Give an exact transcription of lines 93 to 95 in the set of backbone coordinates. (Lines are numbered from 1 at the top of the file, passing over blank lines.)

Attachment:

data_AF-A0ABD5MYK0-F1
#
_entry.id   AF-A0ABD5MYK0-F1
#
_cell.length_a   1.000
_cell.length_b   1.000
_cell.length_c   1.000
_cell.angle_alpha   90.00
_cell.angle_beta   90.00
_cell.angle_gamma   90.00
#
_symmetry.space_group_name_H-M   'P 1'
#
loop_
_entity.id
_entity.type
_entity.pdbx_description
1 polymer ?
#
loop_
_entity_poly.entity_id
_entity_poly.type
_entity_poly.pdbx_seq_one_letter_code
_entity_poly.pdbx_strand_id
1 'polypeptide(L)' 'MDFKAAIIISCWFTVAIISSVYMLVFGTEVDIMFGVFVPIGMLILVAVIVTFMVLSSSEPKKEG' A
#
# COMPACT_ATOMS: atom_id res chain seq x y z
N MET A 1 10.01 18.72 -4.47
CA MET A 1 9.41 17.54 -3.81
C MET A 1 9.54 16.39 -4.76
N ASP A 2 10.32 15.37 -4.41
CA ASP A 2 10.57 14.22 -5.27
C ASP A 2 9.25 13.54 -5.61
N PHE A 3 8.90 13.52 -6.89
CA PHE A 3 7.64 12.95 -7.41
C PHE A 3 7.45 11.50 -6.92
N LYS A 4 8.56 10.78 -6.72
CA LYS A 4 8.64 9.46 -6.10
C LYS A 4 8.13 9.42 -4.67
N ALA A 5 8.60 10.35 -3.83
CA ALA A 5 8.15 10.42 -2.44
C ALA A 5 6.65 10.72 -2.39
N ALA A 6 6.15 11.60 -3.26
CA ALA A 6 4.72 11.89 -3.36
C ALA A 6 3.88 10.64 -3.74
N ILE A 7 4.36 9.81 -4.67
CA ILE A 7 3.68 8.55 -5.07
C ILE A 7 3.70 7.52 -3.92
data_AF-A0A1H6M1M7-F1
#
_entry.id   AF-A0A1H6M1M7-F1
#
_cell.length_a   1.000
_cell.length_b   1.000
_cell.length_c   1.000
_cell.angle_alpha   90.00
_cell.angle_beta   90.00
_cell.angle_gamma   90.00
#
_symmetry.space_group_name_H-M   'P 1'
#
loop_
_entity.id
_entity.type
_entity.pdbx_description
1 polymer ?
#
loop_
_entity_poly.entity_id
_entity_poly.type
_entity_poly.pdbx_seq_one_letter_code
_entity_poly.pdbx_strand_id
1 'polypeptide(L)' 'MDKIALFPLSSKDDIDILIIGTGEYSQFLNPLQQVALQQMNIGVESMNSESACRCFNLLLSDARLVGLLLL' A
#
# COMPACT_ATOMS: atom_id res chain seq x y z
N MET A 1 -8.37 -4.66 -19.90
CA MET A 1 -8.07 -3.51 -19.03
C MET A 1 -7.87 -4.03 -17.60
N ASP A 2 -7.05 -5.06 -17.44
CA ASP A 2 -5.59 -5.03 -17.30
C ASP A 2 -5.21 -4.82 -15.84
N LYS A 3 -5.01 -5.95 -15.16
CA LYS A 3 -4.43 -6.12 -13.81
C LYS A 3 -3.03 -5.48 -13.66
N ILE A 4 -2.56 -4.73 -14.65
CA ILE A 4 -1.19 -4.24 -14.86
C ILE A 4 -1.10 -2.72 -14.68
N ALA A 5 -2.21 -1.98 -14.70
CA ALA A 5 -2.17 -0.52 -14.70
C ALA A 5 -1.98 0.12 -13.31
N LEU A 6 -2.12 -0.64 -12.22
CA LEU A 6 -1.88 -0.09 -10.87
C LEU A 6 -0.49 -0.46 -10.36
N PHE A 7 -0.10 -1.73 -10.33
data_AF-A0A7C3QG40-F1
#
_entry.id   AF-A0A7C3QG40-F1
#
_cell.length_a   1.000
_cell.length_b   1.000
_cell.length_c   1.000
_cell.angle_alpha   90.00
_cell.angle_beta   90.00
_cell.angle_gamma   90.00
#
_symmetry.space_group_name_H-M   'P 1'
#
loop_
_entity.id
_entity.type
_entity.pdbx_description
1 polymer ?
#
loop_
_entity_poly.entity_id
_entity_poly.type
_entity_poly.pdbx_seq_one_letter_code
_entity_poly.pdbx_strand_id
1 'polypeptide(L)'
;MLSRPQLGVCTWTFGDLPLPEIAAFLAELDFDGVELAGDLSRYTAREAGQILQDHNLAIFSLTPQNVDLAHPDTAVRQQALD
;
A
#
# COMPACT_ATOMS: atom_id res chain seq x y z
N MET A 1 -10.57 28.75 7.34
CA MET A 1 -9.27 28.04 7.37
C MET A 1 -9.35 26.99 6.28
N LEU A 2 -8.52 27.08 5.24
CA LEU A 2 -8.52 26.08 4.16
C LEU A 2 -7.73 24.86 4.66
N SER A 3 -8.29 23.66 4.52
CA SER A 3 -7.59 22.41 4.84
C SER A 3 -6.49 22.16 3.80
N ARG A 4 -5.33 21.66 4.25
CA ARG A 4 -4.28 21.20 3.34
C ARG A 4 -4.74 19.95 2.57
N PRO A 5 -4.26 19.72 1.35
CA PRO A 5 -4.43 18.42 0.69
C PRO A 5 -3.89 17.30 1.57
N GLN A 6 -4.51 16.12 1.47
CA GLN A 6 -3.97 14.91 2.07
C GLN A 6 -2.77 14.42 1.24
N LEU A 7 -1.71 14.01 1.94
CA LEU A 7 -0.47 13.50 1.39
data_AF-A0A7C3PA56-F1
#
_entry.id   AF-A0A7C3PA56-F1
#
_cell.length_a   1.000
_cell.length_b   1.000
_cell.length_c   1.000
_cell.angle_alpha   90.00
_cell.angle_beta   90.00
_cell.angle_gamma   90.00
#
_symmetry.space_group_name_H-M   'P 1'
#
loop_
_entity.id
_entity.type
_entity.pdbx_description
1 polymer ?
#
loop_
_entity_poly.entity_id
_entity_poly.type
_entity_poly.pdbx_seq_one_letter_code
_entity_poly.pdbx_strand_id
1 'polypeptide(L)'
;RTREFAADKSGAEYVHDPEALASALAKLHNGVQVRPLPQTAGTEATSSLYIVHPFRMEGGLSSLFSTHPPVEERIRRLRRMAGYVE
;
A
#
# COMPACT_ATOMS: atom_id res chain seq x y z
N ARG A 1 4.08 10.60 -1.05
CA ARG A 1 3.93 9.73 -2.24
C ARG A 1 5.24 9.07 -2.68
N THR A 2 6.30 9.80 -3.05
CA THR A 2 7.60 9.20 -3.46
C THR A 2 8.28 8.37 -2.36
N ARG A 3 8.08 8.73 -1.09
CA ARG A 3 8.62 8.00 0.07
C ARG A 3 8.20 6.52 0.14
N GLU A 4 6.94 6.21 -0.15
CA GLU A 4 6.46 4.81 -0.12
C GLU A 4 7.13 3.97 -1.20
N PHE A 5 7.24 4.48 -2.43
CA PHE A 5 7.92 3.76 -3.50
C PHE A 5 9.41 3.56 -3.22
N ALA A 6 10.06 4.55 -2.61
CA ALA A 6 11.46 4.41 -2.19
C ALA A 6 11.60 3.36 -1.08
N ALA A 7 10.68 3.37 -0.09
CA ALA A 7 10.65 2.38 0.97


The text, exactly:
C LEU A 6 -0.49 -0.46 -10.36
N PHE A 7 -0.10 -1.73 -10.33
data_AF-A0A7C3QG40-F1